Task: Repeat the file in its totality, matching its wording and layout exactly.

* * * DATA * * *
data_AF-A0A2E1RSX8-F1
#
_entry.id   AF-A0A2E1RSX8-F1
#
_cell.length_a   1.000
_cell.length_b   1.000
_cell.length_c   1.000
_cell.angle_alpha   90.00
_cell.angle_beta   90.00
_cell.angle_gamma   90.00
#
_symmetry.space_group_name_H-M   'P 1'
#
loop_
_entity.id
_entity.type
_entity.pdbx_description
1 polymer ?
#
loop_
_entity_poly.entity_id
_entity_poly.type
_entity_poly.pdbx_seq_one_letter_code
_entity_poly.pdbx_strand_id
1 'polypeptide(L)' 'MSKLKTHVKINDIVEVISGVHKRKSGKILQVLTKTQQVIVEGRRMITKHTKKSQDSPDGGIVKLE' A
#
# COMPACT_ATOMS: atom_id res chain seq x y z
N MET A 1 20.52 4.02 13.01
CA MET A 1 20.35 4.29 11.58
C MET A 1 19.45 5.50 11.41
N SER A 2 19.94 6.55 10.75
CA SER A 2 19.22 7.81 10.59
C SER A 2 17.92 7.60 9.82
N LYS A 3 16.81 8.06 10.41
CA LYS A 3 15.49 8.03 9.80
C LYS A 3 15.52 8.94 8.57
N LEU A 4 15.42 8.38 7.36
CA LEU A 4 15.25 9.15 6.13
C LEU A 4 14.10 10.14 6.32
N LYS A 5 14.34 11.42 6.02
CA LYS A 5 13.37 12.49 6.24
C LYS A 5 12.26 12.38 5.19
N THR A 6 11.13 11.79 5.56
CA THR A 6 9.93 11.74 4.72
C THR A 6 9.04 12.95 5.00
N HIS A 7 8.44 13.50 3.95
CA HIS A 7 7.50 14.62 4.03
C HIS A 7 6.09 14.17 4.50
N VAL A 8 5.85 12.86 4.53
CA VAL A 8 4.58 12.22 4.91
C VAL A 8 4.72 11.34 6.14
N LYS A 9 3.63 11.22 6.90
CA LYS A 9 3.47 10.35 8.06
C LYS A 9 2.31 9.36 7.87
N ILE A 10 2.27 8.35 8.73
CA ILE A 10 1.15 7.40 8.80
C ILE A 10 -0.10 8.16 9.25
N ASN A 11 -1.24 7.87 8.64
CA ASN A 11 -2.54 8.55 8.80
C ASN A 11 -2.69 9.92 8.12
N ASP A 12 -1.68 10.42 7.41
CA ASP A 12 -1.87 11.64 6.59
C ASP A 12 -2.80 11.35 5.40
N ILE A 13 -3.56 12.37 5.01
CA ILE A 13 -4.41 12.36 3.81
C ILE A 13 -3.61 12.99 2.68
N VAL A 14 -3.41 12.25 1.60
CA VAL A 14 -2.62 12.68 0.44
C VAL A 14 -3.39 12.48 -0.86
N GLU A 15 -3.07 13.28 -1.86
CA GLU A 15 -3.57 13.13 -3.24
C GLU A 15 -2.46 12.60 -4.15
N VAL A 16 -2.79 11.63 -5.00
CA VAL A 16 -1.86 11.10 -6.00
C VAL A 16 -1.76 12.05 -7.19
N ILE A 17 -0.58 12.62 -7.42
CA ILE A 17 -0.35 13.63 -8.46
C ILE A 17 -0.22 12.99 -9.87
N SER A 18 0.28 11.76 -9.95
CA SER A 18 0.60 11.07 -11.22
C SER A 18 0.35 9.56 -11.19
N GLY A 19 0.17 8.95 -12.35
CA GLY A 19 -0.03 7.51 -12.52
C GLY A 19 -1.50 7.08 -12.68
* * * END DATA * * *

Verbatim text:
data_AF-A0A2E1RSX8-F1
#
_entry.id   AF-A0A2E1RSX8-F1
#
_cell.length_a   1.000
_cell.length_b   1.000
_cell.length_c   1.000
_cell.angle_alpha   90.00
_cell.angle_beta   90.00
_cell.angle_gamma   90.00
#
_symmetry.space_group_name_H-M   'P 1'
#
loop_
_entity.id
_entity.type
_entity.pdbx_description
1 polymer ?
#
loop_
_entity_poly.entity_id
_entity_poly.type
_entity_poly.pdbx_seq_one_letter_code
_entity_poly.pdbx_strand_id
1 'polypeptide(L)' 'MSKLKTHVKINDIVEVISGVHKRKSGKILQVLTKTQQVIVEGRRMITKHTKKSQDSPDGGIVKLE' A
#
# COMPACT_ATOMS: atom_id res chain seq x y z
N MET A 1 20.52 4.02 13.01
CA MET A 1 20.35 4.29 11.58
C MET A 1 19.45 5.50 11.41
N SER A 2 19.94 6.55 10.75
CA SER A 2 19.22 7.81 10.59
C SER A 2 17.92 7.60 9.82
N LYS A 3 16.81 8.06 10.41
CA LYS A 3 15.49 8.03 9.80
C LYS A 3 15.52 8.94 8.57
N LEU A 4 15.42 8.38 7.36
CA LEU A 4 15.25 9.15 6.13
C LEU A 4 14.10 10.14 6.32
N LYS A 5 14.34 11.42 6.02
CA LYS A 5 13.37 12.49 6.24
C LYS A 5 12.26 12.38 5.19
N THR A 6 11.13 11.79 5.56
CA THR A 6 9.93 11.74 4.72
C THR A 6 9.04 12.95 5.00
N HIS A 7 8.44 13.50 3.95
CA HIS A 7 7.50 14.62 4.03
C HIS A 7 6.09 14.17 4.50
N VAL A 8 5.85 12.86 4.53
CA VAL A 8 4.58 12.22 4.91
C VAL A 8 4.72 11.34 6.14
N LYS A 9 3.63 11.22 6.90
CA LYS A 9 3.47 10.35 8.06
C LYS A 9 2.31 9.36 7.87
N ILE A 10 2.27 8.35 8.73
CA ILE A 10 1.15 7.40 8.80
C ILE A 10 -0.10 8.16 9.25
N ASN A 11 -1.24 7.87 8.64
CA ASN A 11 -2.54 8.55 8.80
C ASN A 11 -2.69 9.92 8.12
N ASP A 12 -1.68 10.42 7.41
CA ASP A 12 -1.87 11.64 6.59
C ASP A 12 -2.80 11.35 5.40
N ILE A 13 -3.56 12.37 5.01
CA ILE A 13 -4.41 12.36 3.81
C ILE A 13 -3.61 12.99 2.68
N VAL A 14 -3.41 12.25 1.60
CA VAL A 14 -2.62 12.68 0.44
C VAL A 14 -3.39 12.48 -0.86
N GLU A 15 -3.07 13.28 -1.86
CA GLU A 15 -3.57 13.13 -3.24
C GLU A 15 -2.46 12.60 -4.15
N VAL A 16 -2.79 11.63 -5.00
CA VAL A 16 -1.86 11.10 -6.00
C VAL A 16 -1.76 12.05 -7.19
N ILE A 17 -0.58 12.62 -7.42
CA ILE A 17 -0.35 13.63 -8.46
C ILE A 17 -0.22 12.99 -9.87
N SER A 18 0.28 11.76 -9.95
CA SER A 18 0.60 11.07 -11.22
C SER A 18 0.35 9.56 -11.19
N GLY A 19 0.17 8.95 -12.35
CA GLY A 19 -0.03 7.51 -12.52
C GLY A 19 -1.50 7.08 -12.68